The very heavy rain anticipated during my 5 hour drive to Santander never materialised. Though it did rain – quite lightly – during the middle hours. And there was none of the snow a neighbour had warned me might be falling near Gijón. Arriving in Santander, I was actually greeted by the sun.
The day had started badly when I’d failed to make contact with one of my 2 BlaBla passengers about leaving an hour earlier than planned, so had to stick with the original time of 9am. Despite having paid for the trip, this young guy then irritated me by not showing up at all. Meaning I could have gone without him at 8. He goes by the name of Yaiza, so I can only guess at his nationality. Within the meeting place of Pontevedra station, there was a man about his age of 20 asleep on the floor in a corner. Thinking this might be said Yaiza, I stood over him and called his phone to see if it rang. But had no more luck connecting with it than I’d had in the previous 2 hours.
Well, I was, indeed, nearly sent back to Pontevedra . . . At the Brittany Ferries check-in, I handed over the certificate obtained after my recent booster Pfizer jab, as it contained details of both that jab and the Janssen jab of last May. But I was told I wouldn’t be allowed to board the Galicia, as the date of the Pfizer jab wasn’t at least 14 days previous. Fortunately, I had the Janssen certificate and suggested they’d discard the second 2-jab certificate and use only that one. Which, happily they did.
I theorise that the QR of the 2nd certificate gave the date of the Pfizer jab and the reader wan’t programmed to recognise that the earlier (single) Janssen jab meant I was was ‘fully vaccinated’ for the purposes of UK entry.
If so, this would explain the hour I wasted on Tuesday night trying to get my certificate accepted on line for my Locator form.
So . . . If you’ve had a Janssen jab and want to get into the UK, only show this one and don’t hand over the certificate relating to another jab within 14 days of departure from wherever.
The newish Galicia of Brittany Ferries is a fine boat there are a few differences between it and previous BF boats I’ve been on. Not all of them welcome. The company clearly has to compensate for the losses of the last 2 years, so it’s not surprising that the services on the Galicia seem to me to have been designed by an accountant with an eye to maximum profitability. But the staff are as excellent as ever.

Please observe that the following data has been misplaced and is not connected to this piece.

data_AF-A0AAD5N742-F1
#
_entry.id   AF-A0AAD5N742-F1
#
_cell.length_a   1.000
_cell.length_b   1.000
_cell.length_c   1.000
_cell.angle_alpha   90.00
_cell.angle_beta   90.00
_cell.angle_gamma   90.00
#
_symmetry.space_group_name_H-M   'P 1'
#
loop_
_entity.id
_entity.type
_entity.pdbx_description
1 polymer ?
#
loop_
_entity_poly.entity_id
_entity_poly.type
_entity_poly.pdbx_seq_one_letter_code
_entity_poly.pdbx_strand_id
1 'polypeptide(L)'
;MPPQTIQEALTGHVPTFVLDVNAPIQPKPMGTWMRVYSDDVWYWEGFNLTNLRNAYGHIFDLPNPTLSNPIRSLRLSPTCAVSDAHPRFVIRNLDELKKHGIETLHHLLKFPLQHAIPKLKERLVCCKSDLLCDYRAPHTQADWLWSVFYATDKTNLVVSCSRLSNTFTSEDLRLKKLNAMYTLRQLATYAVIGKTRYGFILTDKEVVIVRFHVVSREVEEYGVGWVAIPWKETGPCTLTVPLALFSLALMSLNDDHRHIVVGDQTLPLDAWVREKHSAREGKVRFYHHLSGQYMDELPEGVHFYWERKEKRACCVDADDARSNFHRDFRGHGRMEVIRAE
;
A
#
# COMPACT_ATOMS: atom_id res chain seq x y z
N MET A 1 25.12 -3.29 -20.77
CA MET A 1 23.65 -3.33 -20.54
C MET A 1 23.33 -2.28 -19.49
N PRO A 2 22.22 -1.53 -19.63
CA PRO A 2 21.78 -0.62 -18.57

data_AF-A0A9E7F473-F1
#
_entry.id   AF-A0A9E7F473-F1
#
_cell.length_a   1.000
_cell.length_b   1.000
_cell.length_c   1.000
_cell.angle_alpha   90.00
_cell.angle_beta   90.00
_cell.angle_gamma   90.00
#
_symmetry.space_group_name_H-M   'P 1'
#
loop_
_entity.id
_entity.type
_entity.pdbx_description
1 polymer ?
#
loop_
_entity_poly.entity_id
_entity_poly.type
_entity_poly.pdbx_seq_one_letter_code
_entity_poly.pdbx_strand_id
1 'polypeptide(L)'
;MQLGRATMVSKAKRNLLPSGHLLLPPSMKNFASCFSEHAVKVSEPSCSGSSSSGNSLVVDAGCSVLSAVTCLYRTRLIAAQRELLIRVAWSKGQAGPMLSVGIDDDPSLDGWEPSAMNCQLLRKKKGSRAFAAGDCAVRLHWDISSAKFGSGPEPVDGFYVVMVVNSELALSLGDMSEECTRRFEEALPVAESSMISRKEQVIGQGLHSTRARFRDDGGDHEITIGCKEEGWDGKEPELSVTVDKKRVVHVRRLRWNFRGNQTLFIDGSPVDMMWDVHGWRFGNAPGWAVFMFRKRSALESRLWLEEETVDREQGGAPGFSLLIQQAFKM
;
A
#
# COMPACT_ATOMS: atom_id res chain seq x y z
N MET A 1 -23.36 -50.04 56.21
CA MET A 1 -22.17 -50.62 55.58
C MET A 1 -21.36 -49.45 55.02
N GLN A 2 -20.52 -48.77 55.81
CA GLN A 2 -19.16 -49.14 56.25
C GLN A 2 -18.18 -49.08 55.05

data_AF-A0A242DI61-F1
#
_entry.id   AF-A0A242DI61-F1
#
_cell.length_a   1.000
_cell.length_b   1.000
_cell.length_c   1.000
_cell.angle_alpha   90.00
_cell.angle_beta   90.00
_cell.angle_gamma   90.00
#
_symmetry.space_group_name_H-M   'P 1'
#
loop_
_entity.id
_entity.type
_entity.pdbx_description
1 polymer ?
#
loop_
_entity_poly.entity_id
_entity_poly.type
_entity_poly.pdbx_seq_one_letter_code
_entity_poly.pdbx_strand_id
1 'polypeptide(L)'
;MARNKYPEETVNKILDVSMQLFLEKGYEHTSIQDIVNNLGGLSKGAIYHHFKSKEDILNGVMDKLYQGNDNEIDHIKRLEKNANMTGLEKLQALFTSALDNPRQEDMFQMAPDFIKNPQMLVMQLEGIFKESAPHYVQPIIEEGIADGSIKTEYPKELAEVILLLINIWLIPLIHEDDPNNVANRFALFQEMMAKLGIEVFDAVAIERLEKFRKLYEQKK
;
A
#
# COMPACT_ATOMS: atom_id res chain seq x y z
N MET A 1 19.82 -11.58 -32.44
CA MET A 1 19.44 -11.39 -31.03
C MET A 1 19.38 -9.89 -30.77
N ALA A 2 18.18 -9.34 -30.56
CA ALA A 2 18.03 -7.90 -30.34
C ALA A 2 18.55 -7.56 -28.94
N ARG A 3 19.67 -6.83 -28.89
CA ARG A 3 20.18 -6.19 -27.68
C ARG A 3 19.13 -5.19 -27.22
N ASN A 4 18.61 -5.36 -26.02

One of the negatives of the Galicia is that wifi is no longer available throughout the trip. You can get 30 minutes free and then choose one of 3 ‘Premium’ options. In compensation for charging you, BF now claim that the wifi is of superior quality than it used to be. Which wouldn’t, in fact be very difficult. BF says that putting your phone into airplane mode significantly improves things. Which is irrelevant if you want to use your laptop now which your’ve just written a blog post.
The Galicia has, you’ve guessed it, a Galician theme, with some Spanish elements thrown in. But I wonder if the company – or any of its employees – knows there are at least 2 places in Galicia called Bretoña. At least one of them is reckoned to have been settled in the 6th century by monks from Brittany, possibly having first come from Britain.
Years ago, I went to the most northern of the Bretoñas – expecting to find some sort of memorial there- but there was nowt. Which is odd, given how much the Galicians make of their alleged Celtic heritage.
Well, time to get on with my reading, now that the Spanish chap next to me talking to his mother has taken her – and her concerns about him – off loudspeaker.